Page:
Jean-Martin Charcot: The legendary father of modern-day neurology—a man who begins his illustrious career solving Parkinson’s and ALS, and ends it entrancing young women into hysterical fits—needs to be played by someone with a ponderous, commanding presence and a piercing dark gaze. Two thoughts: Clive Owen, who brilliantly played a misguided and narcissistic medical genius in The Knick, though he’d have to wear brown contact lenses. Or Javiar Bardem, who wouldn’t have to change a thing. He has just the right level of “tortured soul” in his vibe, and can easily play a character who might maybe be a villain, but is so complex and charismatic that you’re never quite sure. (There’s also the fact that he’s my secret celebrity crush, though that probably shouldn’t play a role in casting a film about exploitatively showcasing people based on sex appeal.)

Sigmund Freud: Hopkins is the latest actor to play the father of modern psychiatry, in the upcoming Freud’s Last Session. But we need a young and highly-impressionable Freud for this film; a man whose life will be so transformed by working with Charcot and hysteria that he will not only go on to found psychoanalysis as a result, but will name his first child after Charcot. Timothée Chalamet would certainly be interesting in this role (let’s face it: he’s interesting in pretty much every role). But I think Tye Sheridan also has the right kind of sober intensity to pull it off.

The Marquis: The book’s true villain: an elderly, scheming, and inarguably sleazy nobleman who is disturbingly fixated on attractive young hysterics. No question on this one: Willem Dafoe.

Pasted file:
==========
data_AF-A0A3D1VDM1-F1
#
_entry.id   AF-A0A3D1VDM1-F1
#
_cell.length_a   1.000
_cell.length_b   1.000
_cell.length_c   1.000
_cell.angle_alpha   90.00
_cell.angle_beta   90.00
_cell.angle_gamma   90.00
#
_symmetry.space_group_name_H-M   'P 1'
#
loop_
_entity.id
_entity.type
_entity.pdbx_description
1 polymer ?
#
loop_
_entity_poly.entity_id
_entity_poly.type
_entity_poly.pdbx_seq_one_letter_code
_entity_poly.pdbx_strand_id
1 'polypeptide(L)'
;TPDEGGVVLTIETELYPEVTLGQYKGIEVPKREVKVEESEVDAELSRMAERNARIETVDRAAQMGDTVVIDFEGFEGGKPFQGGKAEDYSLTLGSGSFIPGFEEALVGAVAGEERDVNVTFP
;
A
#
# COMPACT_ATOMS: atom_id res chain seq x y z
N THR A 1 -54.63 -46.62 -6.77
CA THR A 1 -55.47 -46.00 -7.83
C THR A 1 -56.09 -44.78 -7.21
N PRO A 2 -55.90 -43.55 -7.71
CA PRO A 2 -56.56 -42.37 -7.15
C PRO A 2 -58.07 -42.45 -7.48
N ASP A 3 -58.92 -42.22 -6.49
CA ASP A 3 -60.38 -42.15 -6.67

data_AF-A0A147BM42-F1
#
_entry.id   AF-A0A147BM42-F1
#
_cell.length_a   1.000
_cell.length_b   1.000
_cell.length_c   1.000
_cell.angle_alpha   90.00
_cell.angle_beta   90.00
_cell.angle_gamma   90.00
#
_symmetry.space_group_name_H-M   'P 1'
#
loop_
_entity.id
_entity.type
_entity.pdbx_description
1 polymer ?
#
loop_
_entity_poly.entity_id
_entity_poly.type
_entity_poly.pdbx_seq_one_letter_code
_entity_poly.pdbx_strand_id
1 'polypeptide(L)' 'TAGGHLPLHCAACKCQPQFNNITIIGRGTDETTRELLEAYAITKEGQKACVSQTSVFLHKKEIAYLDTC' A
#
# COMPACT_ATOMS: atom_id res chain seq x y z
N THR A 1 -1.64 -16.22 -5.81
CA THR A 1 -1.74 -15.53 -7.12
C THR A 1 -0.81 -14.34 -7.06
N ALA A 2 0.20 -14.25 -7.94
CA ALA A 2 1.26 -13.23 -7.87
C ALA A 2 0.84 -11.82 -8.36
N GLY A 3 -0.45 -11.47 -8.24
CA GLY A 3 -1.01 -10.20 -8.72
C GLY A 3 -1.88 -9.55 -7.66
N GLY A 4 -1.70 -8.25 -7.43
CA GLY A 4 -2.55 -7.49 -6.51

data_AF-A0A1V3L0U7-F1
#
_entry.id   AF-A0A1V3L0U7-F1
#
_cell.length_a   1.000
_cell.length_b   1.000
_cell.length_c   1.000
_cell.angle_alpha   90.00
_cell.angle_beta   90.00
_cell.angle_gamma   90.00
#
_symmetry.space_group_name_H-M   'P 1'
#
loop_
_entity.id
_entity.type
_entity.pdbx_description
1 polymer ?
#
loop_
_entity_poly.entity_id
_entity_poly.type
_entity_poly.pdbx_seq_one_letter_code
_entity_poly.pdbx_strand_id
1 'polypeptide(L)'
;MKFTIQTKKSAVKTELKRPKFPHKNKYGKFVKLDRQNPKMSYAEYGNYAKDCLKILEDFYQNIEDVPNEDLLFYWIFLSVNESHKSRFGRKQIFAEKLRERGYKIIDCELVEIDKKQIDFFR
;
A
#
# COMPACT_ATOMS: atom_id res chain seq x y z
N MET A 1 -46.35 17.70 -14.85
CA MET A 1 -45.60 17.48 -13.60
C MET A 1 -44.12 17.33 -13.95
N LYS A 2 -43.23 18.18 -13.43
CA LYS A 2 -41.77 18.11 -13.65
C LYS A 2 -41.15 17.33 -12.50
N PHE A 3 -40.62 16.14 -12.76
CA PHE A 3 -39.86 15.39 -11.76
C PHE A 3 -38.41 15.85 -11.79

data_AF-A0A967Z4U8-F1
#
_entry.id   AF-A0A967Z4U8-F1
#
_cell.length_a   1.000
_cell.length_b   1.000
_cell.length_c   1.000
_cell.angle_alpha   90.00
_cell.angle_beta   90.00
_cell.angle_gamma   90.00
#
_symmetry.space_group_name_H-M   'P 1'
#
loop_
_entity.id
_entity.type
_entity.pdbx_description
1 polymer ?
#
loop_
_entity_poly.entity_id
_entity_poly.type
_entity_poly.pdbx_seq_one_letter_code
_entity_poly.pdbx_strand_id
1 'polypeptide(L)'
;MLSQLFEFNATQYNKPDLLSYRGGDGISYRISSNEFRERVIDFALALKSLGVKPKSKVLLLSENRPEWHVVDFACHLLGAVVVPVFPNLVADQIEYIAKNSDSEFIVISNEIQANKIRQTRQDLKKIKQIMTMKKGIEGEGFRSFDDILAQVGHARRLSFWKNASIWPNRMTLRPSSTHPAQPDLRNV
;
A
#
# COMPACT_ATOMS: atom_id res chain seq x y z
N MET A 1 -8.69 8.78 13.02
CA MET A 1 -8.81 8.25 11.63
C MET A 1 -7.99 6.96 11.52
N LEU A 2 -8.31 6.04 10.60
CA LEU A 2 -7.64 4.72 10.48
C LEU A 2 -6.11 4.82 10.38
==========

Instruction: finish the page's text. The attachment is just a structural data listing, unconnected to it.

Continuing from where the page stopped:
Learn more about the novel and author at Jennifer Cody Epstein's website.

Q&A with Jennifer Cody Epstein.

The Page 69 Test: The Madwomen of Paris.

--Marshal Zeringue

Wednesday, August 2, 2023

Ann Garvin's "There's No Coming Back from This"

Ann Garvin, Ph.D. is the USA Today bestselling author of five funny and sad novels. She writes about people who do too much in a world that asks too much from them.

Garvin worked as an RN and after receiving her Ph.D. taught Exercise Physiology, Sport Psychology Nutrition, Stress Management, and Global Health for thirty years in the University of Wisconsin system. She currently teaches creative writing at Drexel University in their low residency Masters of Fine Arts program and has held positions at Miami University and Southern New Hampshire in their Masters of Fine Arts Creative Writing programs.